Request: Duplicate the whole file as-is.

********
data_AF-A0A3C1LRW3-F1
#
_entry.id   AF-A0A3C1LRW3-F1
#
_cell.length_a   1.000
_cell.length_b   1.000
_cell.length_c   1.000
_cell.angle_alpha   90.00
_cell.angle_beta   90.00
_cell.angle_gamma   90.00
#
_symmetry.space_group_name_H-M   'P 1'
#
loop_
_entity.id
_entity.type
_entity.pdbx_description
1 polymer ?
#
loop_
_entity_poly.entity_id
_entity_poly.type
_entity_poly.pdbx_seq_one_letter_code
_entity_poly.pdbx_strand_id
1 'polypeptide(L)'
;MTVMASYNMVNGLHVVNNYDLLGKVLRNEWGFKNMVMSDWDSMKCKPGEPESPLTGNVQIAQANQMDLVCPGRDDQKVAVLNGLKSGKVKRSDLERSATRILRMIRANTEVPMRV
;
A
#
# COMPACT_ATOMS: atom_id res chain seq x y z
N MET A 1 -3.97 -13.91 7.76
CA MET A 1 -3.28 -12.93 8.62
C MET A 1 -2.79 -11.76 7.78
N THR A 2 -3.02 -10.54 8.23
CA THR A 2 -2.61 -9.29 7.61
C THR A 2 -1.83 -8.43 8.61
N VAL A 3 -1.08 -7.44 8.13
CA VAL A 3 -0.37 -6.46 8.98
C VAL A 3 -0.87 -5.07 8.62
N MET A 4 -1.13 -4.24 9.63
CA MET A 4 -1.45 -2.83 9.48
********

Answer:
data_AF-A0A3C1LRW3-F1
#
_entry.id   AF-A0A3C1LRW3-F1
#
_cell.length_a   1.000
_cell.length_b   1.000
_cell.length_c   1.000
_cell.angle_alpha   90.00
_cell.angle_beta   90.00
_cell.angle_gamma   90.00
#
_symmetry.space_group_name_H-M   'P 1'
#
loop_
_entity.id
_entity.type
_entity.pdbx_description
1 polymer ?
#
loop_
_entity_poly.entity_id
_entity_poly.type
_entity_poly.pdbx_seq_one_letter_code
_entity_poly.pdbx_strand_id
1 'polypeptide(L)'
;MTVMASYNMVNGLHVVNNYDLLGKVLRNEWGFKNMVMSDWDSMKCKPGEPESPLTGNVQIAQANQMDLVCPGRDDQKVAVLNGLKSGKVKRSDLERSATRILRMIRANTEVPMRV
;
A
#
# COMPACT_ATOMS: atom_id res chain seq x y z
N MET A 1 -3.97 -13.91 7.76
CA MET A 1 -3.28 -12.93 8.62
C MET A 1 -2.79 -11.76 7.78
N THR A 2 -3.02 -10.54 8.23
CA THR A 2 -2.61 -9.29 7.61
C THR A 2 -1.83 -8.43 8.61
N VAL A 3 -1.08 -7.44 8.13
CA VAL A 3 -0.37 -6.46 8.98
C VAL A 3 -0.87 -5.07 8.62
N MET A 4 -1.13 -4.24 9.63
CA MET A 4 -1.45 -2.83 9.48